When Louis J. Zerbee is not turning out garden and rumpus-room furniture in his Bellefontaine, Ohio factory, his thoughts rise far above such earthly pursuits. They soar to the stars. Seventeen years ago he went off on a vacation to his summer home at Indian Lake, where there was no telephone, and studied astronomy for relaxation. He didn't enjoy all the figuring, and when he lay on his back in the yard at night, and watched the stars sailing over Ohio, he felt sorry for seagoing navigators who must plot their ships' position by means of platoons of figures.
For 17 years, off & on, Mr. Zerbee dreamed about a gadget that would absorb simple observations of the stars and compute a ship's position without any figuring at all. The job was not simple; many men, including the ancient Greeks, had tried it and failed. But six years ago, Zerbee worked out a method that was good enough to impress a retired naval officer whom he met in Florida. Three years later Zerbee had completed a crude model that would find the position of his Estero Island cottage on the map with an error of only seven miles.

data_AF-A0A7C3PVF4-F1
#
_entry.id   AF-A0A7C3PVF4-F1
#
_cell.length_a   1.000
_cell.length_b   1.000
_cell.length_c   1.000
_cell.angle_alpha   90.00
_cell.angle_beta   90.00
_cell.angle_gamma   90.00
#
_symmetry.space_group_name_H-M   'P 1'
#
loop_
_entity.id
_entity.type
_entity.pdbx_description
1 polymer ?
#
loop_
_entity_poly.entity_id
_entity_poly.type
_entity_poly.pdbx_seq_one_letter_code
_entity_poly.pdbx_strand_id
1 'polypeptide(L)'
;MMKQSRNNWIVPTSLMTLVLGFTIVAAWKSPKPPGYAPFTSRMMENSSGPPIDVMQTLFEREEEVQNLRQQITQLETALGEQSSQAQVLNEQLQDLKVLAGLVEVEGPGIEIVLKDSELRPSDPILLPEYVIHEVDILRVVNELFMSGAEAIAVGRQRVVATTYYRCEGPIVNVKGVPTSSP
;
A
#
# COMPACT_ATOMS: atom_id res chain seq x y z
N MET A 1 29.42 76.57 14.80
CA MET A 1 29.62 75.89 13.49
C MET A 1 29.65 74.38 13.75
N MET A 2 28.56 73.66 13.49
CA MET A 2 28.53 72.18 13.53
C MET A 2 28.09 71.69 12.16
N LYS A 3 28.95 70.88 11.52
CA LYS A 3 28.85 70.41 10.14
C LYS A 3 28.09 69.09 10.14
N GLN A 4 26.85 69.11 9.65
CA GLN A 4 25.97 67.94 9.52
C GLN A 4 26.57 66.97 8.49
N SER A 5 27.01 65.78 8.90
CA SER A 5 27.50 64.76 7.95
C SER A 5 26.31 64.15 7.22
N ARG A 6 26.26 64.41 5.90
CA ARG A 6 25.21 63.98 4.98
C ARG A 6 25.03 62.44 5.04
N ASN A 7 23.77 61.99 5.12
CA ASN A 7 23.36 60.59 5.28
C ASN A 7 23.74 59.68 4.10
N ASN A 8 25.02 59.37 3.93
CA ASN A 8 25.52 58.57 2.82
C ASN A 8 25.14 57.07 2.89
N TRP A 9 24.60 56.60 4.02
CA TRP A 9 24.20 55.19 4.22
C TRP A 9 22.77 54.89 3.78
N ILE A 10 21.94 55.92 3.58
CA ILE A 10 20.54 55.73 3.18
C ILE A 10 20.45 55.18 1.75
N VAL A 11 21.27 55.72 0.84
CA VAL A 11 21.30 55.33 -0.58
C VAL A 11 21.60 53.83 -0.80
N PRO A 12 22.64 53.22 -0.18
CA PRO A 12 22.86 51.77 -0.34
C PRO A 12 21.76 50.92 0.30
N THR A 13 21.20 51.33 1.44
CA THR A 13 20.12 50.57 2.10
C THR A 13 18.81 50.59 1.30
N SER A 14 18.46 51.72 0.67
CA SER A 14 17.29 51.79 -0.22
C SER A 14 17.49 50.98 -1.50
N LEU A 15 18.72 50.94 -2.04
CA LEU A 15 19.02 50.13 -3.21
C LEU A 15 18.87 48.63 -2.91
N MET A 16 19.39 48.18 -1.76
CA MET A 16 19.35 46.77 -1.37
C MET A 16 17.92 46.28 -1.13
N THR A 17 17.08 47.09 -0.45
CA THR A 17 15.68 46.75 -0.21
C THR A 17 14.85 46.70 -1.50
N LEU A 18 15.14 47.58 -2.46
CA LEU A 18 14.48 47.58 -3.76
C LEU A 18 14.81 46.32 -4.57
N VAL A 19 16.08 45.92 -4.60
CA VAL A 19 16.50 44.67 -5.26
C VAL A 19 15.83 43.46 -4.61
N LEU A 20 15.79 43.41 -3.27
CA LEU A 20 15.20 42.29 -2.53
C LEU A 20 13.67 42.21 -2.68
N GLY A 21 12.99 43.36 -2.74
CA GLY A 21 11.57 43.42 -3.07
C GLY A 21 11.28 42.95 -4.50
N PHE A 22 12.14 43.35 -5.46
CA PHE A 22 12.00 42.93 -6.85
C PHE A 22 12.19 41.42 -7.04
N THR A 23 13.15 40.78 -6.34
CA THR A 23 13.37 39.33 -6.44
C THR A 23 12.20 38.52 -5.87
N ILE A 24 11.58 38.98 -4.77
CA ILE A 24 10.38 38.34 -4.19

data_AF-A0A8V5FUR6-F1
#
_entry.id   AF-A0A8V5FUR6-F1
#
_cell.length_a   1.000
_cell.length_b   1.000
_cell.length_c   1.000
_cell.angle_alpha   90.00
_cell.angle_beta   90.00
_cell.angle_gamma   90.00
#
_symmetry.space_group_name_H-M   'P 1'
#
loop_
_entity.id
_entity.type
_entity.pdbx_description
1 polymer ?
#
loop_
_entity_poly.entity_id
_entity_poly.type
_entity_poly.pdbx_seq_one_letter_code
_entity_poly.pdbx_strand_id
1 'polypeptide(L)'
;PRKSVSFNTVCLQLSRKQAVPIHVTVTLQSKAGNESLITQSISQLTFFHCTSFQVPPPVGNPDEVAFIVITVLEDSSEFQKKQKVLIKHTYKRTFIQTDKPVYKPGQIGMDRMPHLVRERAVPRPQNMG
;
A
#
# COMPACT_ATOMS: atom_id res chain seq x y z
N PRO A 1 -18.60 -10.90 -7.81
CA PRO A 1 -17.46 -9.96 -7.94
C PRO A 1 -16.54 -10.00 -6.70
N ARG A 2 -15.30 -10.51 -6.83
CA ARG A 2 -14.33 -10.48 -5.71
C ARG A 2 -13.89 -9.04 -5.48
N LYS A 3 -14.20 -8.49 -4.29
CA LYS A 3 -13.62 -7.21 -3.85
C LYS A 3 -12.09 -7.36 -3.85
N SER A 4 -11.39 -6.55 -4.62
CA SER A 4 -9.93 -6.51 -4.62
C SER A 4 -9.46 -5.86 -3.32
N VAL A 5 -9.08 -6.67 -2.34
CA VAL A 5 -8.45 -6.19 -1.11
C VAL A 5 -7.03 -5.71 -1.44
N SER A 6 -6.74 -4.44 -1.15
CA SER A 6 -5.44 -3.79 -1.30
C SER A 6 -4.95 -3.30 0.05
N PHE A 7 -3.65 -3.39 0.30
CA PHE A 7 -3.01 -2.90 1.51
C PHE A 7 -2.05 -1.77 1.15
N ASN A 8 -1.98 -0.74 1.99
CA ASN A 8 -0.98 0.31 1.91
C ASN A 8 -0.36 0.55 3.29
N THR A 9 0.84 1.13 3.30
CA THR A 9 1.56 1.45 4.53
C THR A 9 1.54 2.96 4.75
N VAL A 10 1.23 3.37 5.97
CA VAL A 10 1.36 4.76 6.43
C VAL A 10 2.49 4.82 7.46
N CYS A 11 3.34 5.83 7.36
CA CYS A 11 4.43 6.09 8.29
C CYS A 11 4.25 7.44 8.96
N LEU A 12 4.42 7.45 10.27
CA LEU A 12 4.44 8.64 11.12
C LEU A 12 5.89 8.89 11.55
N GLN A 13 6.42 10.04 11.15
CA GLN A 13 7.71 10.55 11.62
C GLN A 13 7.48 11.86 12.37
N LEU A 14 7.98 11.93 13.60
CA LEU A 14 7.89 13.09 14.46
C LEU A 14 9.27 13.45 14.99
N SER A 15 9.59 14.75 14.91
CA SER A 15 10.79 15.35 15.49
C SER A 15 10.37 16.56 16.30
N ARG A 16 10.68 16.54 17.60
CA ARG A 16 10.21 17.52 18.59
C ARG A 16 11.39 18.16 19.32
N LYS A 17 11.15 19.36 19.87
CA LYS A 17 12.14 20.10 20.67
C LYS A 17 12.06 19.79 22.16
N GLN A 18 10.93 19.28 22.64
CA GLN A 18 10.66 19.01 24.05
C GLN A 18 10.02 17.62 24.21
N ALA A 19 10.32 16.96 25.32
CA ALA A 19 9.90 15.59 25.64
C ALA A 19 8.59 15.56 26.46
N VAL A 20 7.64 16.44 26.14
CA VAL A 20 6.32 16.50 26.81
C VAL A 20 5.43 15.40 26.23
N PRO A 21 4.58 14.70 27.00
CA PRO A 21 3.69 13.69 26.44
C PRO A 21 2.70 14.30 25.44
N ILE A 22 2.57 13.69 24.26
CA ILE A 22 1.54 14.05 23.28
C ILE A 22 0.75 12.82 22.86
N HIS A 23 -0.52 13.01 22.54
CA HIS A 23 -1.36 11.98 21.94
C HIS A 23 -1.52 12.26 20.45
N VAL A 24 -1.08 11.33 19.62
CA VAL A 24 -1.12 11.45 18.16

Last week Zerbee announced that the Navy had started buying an improved instrument, the Zerbee Celestial Fix Finder. A nightmare of gears and scales and dials, it looks something like the dream sweetheart of a mechanical monster. It has talent, however. When a navigator wants to find the position of his ship at night, he observes with a sextant the position of two stars. By setting dials and fiddling with scales, he feeds this information and a few other figures into the machine. Barring errors in observations, the machine tells him the position of the ship, accurate to one mile.
The Zerbee method, says Mr. Zerbee, is much quicker and simpler than the usual figuring with heavy books of tables. It is almost as fast as determining a ship's position by radio devices such as loran, which may be undependable in wartime with the enemy jamming the air.